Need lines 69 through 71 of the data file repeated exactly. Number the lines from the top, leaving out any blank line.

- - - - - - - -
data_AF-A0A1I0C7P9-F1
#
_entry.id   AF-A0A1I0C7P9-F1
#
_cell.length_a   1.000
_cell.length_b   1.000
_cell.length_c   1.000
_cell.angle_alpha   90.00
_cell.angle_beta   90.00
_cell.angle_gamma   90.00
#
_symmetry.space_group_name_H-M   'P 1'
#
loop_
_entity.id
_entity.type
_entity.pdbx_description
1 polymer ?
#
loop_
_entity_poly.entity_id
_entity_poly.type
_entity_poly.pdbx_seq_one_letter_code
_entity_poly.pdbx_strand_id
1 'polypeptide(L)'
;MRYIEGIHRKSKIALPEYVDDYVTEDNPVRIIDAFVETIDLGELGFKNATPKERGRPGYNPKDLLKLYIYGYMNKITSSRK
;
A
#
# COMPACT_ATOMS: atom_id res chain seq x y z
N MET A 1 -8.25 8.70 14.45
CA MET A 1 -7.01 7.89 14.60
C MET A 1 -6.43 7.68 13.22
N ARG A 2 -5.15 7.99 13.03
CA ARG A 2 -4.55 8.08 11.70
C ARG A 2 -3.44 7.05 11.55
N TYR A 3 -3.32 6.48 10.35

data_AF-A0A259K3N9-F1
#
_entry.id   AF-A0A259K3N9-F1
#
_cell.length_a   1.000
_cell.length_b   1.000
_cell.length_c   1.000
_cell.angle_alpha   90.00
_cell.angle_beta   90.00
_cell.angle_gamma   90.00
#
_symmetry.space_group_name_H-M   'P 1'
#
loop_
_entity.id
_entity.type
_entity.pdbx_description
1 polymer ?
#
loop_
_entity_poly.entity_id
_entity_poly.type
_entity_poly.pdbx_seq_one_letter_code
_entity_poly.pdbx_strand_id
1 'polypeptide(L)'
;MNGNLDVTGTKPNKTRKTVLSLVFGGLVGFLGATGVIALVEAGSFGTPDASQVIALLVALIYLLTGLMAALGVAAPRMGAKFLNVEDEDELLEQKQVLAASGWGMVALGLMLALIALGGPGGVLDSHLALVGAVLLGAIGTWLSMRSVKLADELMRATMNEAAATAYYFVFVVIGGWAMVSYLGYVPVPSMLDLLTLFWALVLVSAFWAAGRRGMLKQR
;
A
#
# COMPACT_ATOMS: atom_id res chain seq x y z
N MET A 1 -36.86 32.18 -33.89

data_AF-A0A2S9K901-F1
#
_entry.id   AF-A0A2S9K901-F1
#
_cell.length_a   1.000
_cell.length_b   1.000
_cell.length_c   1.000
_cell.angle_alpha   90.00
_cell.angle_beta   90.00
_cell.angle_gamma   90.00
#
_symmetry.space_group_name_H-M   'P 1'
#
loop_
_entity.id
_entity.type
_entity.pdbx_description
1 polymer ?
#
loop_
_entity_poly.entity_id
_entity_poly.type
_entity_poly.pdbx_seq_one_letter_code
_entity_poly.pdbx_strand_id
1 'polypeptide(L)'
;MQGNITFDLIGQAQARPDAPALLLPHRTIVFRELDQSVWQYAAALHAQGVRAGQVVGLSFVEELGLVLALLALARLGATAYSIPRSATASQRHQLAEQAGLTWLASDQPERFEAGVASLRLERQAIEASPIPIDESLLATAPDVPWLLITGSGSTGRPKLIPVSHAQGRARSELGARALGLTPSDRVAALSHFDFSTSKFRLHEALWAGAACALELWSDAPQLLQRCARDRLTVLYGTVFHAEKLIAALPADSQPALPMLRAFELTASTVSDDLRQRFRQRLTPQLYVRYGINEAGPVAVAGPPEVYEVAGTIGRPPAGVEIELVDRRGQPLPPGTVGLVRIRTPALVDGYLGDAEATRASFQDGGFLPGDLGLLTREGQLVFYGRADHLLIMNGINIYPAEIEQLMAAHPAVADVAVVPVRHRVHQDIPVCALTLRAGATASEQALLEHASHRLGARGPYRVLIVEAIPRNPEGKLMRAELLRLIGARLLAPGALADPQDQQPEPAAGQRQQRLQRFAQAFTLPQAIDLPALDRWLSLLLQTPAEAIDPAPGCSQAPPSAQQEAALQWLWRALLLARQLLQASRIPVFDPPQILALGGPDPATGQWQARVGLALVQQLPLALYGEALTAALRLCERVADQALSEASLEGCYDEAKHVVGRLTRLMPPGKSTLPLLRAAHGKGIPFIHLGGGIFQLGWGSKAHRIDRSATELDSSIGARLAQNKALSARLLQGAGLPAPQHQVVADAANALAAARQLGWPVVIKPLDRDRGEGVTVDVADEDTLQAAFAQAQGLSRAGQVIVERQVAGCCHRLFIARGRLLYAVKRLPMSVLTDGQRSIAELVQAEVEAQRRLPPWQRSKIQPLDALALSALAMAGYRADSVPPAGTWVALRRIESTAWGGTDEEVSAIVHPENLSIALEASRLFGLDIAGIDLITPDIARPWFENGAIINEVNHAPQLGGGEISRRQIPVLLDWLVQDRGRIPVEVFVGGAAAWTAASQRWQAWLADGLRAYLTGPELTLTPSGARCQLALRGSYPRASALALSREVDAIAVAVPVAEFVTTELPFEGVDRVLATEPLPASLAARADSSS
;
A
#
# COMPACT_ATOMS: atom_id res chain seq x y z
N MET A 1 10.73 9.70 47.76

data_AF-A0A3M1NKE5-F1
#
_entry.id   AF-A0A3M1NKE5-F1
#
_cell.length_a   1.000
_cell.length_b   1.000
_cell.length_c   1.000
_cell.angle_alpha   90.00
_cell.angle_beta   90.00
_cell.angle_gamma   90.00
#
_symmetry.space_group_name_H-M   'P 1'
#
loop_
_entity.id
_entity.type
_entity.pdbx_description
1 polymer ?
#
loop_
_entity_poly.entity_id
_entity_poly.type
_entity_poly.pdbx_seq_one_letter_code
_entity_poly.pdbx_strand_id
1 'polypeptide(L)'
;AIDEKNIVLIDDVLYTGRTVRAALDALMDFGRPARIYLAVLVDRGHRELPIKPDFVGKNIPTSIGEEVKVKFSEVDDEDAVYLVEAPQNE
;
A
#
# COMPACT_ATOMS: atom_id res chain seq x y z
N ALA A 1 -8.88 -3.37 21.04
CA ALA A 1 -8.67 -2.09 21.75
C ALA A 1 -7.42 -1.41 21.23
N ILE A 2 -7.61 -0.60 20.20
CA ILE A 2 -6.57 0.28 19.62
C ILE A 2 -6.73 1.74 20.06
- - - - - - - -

data_AF-A0A2S9K901-F1
#
_entry.id   AF-A0A2S9K901-F1